purplecat: Hand Drawn picture of a Toy Cat (Default)
14.5 miles (somewhat to our surprise since it was the shortest section - but we carried on to Avebury at the end and we weren't suicidal enough to take the shortest route via the main road so there was a bit of a detour through East and West Kennet before we ended up at one of the avenues leading into Avebury).



B walking along a large earth work bank


More Under the Cut )

A Digression into B&Bs )
purplecat: The family on top of Pen Y Fan (General:Walking)
19.5 miles (give or take) in seven and a half hours. The Ridgeway has far fewer interesting Roman Forts with attached tea rooms and the direction of travel is hugely obvious so we lost hardly any time to either sight-seeing or consulting the map. As a result our guesstimate of the time it would take us to do today's walk turned out to be over-pessimistic.

My feet were complaining slightly suspiciously at about 12 miles, so I aggressively applied compeed plasters and they seem to be fine now. So 20 miles and no blisters.



Most of the day looked like this.


More pictures under the cut )
purplecat: Hand Drawn picture of a Toy Cat (Default)
Every Roman mile along Hadrian's Wall, there was a milecastle. Our walk gradually came to be measured by which milecastles we were between even though no traces of the one's at either end exist and, in some cases, their location is purely speculative. Still we saw quite a few in the middle.

Under the Cut )
purplecat: Hand Drawn picture of a Toy Cat (dinosaur)
We were supposed to be going to Bristol Comic Con but they cancelled the con. So instead we were let loose on the unsuspecting Bristol countryside.





More pictures under the cut )
purplecat: Hand Drawn picture of a Toy Cat (Default)
While I was in Texas an old friend and his wife took me out for the day including a trip around Texas' Capitol





Piccies Under the Cut )
purplecat: Hand Drawn picture of a Toy Cat (Default)
This is the last travel picspam for a while I promise. I was there to deliver a lecture on Verifying Autonomous Ethical Systems to Matryoshka's Machine Ethics class.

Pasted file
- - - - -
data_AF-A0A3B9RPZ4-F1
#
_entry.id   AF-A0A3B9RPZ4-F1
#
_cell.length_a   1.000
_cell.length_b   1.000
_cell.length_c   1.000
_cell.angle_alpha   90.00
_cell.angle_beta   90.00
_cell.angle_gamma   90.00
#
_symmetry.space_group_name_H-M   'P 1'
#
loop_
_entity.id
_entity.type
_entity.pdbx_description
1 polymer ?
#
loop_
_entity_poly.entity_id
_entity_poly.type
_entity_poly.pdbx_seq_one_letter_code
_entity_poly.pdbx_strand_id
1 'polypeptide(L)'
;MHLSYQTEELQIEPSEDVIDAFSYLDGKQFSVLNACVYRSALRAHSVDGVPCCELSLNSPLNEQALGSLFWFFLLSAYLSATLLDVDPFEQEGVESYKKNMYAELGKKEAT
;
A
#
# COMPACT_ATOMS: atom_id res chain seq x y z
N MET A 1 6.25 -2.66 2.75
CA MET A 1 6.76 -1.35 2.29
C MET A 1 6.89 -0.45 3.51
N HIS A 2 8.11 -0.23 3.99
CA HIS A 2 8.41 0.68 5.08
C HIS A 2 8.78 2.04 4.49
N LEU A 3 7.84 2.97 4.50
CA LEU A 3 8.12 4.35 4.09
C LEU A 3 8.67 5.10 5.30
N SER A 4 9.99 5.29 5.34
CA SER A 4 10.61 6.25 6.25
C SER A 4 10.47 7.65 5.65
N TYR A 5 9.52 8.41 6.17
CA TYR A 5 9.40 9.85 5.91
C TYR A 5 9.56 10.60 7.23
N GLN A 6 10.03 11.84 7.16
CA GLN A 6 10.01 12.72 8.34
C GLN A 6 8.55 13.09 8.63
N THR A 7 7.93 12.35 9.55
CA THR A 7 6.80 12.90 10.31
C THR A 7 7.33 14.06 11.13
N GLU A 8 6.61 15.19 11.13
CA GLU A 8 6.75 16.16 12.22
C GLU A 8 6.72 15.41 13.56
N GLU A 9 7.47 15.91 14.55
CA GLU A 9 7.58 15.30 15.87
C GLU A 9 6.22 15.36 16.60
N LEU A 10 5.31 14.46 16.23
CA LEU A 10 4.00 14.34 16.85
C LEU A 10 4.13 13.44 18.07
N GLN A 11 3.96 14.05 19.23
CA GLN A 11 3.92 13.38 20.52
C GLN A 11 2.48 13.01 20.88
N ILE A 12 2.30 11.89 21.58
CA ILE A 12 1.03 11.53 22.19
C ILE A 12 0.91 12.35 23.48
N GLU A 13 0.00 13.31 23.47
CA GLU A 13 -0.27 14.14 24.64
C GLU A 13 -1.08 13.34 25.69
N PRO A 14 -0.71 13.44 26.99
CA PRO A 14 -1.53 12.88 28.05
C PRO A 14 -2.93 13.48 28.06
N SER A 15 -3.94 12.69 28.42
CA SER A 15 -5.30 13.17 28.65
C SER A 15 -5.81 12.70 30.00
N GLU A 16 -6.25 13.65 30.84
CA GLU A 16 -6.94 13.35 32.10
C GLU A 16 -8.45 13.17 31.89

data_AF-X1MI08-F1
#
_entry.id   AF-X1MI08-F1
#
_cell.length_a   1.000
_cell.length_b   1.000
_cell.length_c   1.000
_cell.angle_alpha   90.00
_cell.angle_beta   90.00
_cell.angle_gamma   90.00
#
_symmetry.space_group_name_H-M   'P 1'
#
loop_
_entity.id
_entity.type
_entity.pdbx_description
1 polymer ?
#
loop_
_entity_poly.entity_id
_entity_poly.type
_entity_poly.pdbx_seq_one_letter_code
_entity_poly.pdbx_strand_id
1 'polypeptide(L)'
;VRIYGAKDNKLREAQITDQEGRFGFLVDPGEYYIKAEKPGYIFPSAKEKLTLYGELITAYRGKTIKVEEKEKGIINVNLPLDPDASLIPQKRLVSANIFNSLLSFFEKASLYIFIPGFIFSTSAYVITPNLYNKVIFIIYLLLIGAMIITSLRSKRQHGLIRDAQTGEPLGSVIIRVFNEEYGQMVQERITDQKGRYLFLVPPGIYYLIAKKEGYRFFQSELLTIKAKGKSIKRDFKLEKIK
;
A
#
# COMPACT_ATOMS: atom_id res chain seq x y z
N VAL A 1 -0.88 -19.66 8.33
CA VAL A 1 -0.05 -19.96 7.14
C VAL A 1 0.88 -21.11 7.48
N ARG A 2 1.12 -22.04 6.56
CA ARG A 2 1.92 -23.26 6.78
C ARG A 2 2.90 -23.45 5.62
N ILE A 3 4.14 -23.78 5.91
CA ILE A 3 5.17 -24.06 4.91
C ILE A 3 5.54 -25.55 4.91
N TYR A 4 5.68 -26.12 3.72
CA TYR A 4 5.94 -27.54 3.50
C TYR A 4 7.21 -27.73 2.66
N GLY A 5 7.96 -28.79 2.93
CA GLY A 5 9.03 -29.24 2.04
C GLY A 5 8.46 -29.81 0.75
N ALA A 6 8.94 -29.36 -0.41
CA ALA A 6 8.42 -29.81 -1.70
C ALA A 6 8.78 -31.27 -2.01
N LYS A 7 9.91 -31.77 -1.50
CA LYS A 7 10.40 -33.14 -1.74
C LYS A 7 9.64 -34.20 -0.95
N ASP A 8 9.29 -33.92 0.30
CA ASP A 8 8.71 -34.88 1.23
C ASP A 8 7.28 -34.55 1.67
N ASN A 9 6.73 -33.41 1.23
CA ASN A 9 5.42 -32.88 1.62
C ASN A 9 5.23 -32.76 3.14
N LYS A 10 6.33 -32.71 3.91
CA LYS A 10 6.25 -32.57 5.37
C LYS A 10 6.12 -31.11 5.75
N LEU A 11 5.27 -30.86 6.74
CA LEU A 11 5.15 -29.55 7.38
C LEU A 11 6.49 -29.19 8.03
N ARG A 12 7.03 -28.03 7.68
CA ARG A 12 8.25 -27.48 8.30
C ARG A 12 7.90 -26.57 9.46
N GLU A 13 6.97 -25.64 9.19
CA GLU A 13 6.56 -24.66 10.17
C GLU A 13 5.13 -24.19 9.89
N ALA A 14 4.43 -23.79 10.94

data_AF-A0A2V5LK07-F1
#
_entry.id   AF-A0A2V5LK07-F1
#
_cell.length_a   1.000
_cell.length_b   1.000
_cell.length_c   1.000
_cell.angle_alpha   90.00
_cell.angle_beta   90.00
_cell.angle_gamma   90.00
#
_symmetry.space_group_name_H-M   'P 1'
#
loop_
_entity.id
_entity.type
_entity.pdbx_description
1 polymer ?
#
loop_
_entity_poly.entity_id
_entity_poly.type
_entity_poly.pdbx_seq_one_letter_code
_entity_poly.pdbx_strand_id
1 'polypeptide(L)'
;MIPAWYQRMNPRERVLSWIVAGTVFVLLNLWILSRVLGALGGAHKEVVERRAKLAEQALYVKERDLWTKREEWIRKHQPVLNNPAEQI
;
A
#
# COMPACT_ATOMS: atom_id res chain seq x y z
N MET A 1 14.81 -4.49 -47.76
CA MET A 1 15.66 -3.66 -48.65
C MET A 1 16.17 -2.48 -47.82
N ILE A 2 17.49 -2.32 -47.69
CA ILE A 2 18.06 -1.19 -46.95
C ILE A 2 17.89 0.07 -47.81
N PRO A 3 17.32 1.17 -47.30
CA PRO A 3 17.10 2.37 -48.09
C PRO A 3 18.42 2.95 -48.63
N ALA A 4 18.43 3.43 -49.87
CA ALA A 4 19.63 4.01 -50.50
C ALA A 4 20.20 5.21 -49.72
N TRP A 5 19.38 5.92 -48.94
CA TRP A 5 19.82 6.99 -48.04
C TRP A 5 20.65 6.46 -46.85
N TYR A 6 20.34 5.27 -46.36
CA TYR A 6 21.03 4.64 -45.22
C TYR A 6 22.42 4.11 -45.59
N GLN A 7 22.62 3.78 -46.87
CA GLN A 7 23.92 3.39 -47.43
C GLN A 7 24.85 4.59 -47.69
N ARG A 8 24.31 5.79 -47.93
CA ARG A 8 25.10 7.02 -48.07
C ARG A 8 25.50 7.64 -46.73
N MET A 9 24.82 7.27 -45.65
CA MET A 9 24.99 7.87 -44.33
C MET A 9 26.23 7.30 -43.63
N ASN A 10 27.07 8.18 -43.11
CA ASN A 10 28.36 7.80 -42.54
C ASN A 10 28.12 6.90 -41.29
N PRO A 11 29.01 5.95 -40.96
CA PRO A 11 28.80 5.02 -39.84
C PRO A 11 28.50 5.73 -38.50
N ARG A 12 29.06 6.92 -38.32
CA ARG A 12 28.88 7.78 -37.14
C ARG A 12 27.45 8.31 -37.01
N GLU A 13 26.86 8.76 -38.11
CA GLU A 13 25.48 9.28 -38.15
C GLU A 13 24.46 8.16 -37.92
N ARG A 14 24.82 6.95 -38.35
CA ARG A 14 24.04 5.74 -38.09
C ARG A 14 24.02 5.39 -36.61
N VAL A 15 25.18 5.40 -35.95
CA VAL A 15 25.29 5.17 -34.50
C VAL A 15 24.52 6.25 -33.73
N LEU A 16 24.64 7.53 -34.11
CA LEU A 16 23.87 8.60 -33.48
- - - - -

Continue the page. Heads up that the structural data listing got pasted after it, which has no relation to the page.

Pictures under the cut )
purplecat: Hand Drawn picture of a Toy Cat (Default)
After Washington, I spent a day in Pennsylvania with [livejournal.com profile] firin and family. We had planned to go to Philadelphia but miscellaneous events intervened so we went to a local Botanic garden instead.

Flowers under the Cut )
purplecat: Hand Drawn picture of a Toy Cat (academia)
At the start of March I spent 2 Days in Washington at a slightly odd workshop on Incorporating Ethics into Artificial Intelligence. I knew, from following [livejournal.com profile] gregmce on Strava, that there was a nice looking run around the National Mall and so most of the photos below are from that - often early in the morning because Jet-Lag.

Picspam Under the Cut )
purplecat: Hand Drawn picture of a Toy Cat (Default)
Twenty-five years ago, give or take, the Oxford Arthurian Society used to hire out the Yellow Minibus of Doom and tour the country admiring miscellaneous castles, stone circles and anything that seemed vaguely related to King Arthur. We did this for a day in Michelmas Term, a weekend in Hilary and then a full week at the end of Trinity. The day trip was always the same itinery - White Horse Hill and Wayland's Smithy, West Kennet Longbarrow, Silbury Hill, Avebury Stone Circle, Winchester (if we could squeeze it in) and then ending up at Stonehenge around dusk because some bright spark had discovered, at some point, that if you wrote to Stonehenge and claimed to be a terribly serious student society, they would would let you in after hours and you would be free to wander among the stones.

I'm not sure quite when and how the idea arose to re-create this experience for the [livejournal.com profile] primeval_denial crowd. The Yellow Minibus of Doom has long gone to the great Yellow Minibus in the Sky but we had enough drivers that it was feasible to attempt the trip in cars. Being rather wealthier we also opted to book ourselves in to the Amesbury Travelodge and make a weekend of it.